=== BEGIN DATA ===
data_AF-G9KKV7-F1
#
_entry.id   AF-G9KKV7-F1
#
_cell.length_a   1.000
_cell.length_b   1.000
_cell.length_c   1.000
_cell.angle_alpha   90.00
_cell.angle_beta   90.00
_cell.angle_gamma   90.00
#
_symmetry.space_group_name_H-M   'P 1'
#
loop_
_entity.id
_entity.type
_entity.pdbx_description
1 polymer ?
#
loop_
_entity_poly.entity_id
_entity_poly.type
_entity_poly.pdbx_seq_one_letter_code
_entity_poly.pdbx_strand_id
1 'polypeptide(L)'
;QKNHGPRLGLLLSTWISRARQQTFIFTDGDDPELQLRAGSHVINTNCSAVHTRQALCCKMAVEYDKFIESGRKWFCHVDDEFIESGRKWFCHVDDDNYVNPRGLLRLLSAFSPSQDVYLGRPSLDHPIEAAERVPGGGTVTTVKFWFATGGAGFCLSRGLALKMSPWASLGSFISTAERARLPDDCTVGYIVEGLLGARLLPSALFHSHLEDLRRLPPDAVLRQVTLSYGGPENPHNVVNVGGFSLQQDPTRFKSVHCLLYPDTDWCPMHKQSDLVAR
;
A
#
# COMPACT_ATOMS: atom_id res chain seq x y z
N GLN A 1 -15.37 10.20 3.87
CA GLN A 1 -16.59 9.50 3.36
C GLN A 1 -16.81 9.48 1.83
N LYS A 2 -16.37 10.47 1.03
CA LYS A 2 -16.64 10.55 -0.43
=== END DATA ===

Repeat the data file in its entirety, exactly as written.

data_AF-G9KKV7-F1
#
_entry.id   AF-G9KKV7-F1
#
_cell.length_a   1.000
_cell.length_b   1.000
_cell.length_c   1.000
_cell.angle_alpha   90.00
_cell.angle_beta   90.00
_cell.angle_gamma   90.00
#
_symmetry.space_group_name_H-M   'P 1'
#
loop_
_entity.id
_entity.type
_entity.pdbx_description
1 polymer ?
#
loop_
_entity_poly.entity_id
_entity_poly.type
_entity_poly.pdbx_seq_one_letter_code
_entity_poly.pdbx_strand_id
1 'polypeptide(L)'
;QKNHGPRLGLLLSTWISRARQQTFIFTDGDDPELQLRAGSHVINTNCSAVHTRQALCCKMAVEYDKFIESGRKWFCHVDDEFIESGRKWFCHVDDDNYVNPRGLLRLLSAFSPSQDVYLGRPSLDHPIEAAERVPGGGTVTTVKFWFATGGAGFCLSRGLALKMSPWASLGSFISTAERARLPDDCTVGYIVEGLLGARLLPSALFHSHLEDLRRLPPDAVLRQVTLSYGGPENPHNVVNVGGFSLQQDPTRFKSVHCLLYPDTDWCPMHKQSDLVAR
;
A
#
# COMPACT_ATOMS: atom_id res chain seq x y z
N GLN A 1 -15.37 10.20 3.87
CA GLN A 1 -16.59 9.50 3.36
C GLN A 1 -16.81 9.48 1.83
N LYS A 2 -16.37 10.47 1.03
CA LYS A 2 -16.64 10.55 -0.43